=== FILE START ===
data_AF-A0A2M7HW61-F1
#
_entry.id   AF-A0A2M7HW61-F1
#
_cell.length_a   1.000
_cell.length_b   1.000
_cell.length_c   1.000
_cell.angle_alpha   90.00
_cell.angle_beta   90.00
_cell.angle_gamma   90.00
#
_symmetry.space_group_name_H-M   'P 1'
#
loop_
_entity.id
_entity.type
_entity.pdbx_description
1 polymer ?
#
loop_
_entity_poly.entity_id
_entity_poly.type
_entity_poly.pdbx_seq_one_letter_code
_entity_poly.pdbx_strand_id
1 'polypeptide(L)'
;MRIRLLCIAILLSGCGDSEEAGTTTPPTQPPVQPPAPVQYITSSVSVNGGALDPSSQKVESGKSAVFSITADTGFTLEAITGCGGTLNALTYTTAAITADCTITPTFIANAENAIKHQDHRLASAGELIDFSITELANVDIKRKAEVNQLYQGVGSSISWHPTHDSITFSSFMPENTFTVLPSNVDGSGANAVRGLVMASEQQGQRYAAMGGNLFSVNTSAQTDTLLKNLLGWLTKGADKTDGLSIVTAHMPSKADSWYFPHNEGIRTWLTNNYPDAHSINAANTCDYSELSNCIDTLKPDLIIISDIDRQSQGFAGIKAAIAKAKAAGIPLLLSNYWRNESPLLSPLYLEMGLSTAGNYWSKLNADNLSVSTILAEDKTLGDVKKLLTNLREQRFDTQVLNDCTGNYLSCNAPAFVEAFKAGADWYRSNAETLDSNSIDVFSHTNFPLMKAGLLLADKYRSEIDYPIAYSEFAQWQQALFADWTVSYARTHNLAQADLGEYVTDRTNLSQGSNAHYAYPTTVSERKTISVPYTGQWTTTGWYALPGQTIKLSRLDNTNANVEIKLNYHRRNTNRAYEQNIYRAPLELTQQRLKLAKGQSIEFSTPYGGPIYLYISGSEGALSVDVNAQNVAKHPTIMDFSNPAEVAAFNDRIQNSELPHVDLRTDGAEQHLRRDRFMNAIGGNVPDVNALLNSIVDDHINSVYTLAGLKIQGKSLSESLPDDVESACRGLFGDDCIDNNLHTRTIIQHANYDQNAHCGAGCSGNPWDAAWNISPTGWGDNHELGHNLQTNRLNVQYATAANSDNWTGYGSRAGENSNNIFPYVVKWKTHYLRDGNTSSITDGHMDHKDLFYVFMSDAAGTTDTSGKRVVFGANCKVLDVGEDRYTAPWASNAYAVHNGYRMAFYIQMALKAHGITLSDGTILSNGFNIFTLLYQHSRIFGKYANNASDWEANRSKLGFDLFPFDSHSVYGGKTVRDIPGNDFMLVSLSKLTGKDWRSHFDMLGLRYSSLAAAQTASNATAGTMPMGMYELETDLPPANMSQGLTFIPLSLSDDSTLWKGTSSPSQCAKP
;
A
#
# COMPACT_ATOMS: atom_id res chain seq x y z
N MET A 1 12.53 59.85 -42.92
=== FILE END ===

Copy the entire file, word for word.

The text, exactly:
data_AF-A0A2M7HW61-F1
#
_entry.id   AF-A0A2M7HW61-F1
#
_cell.length_a   1.000
_cell.length_b   1.000
_cell.length_c   1.000
_cell.angle_alpha   90.00
_cell.angle_beta   90.00
_cell.angle_gamma   90.00
#
_symmetry.space_group_name_H-M   'P 1'
#
loop_
_entity.id
_entity.type
_entity.pdbx_description
1 polymer ?
#
loop_
_entity_poly.entity_id
_entity_poly.type
_entity_poly.pdbx_seq_one_letter_code
_entity_poly.pdbx_strand_id
1 'polypeptide(L)'
;MRIRLLCIAILLSGCGDSEEAGTTTPPTQPPVQPPAPVQYITSSVSVNGGALDPSSQKVESGKSAVFSITADTGFTLEAITGCGGTLNALTYTTAAITADCTITPTFIANAENAIKHQDHRLASAGELIDFSITELANVDIKRKAEVNQLYQGVGSSISWHPTHDSITFSSFMPENTFTVLPSNVDGSGANAVRGLVMASEQQGQRYAAMGGNLFSVNTSAQTDTLLKNLLGWLTKGADKTDGLSIVTAHMPSKADSWYFPHNEGIRTWLTNNYPDAHSINAANTCDYSELSNCIDTLKPDLIIISDIDRQSQGFAGIKAAIAKAKAAGIPLLLSNYWRNESPLLSPLYLEMGLSTAGNYWSKLNADNLSVSTILAEDKTLGDVKKLLTNLREQRFDTQVLNDCTGNYLSCNAPAFVEAFKAGADWYRSNAETLDSNSIDVFSHTNFPLMKAGLLLADKYRSEIDYPIAYSEFAQWQQALFADWTVSYARTHNLAQADLGEYVTDRTNLSQGSNAHYAYPTTVSERKTISVPYTGQWTTTGWYALPGQTIKLSRLDNTNANVEIKLNYHRRNTNRAYEQNIYRAPLELTQQRLKLAKGQSIEFSTPYGGPIYLYISGSEGALSVDVNAQNVAKHPTIMDFSNPAEVAAFNDRIQNSELPHVDLRTDGAEQHLRRDRFMNAIGGNVPDVNALLNSIVDDHINSVYTLAGLKIQGKSLSESLPDDVESACRGLFGDDCIDNNLHTRTIIQHANYDQNAHCGAGCSGNPWDAAWNISPTGWGDNHELGHNLQTNRLNVQYATAANSDNWTGYGSRAGENSNNIFPYVVKWKTHYLRDGNTSSITDGHMDHKDLFYVFMSDAAGTTDTSGKRVVFGANCKVLDVGEDRYTAPWASNAYAVHNGYRMAFYIQMALKAHGITLSDGTILSNGFNIFTLLYQHSRIFGKYANNASDWEANRSKLGFDLFPFDSHSVYGGKTVRDIPGNDFMLVSLSKLTGKDWRSHFDMLGLRYSSLAAAQTASNATAGTMPMGMYELETDLPPANMSQGLTFIPLSLSDDSTLWKGTSSPSQCAKP
;
A
#
# COMPACT_ATOMS: atom_id res chain seq x y z
N MET A 1 12.53 59.85 -42.92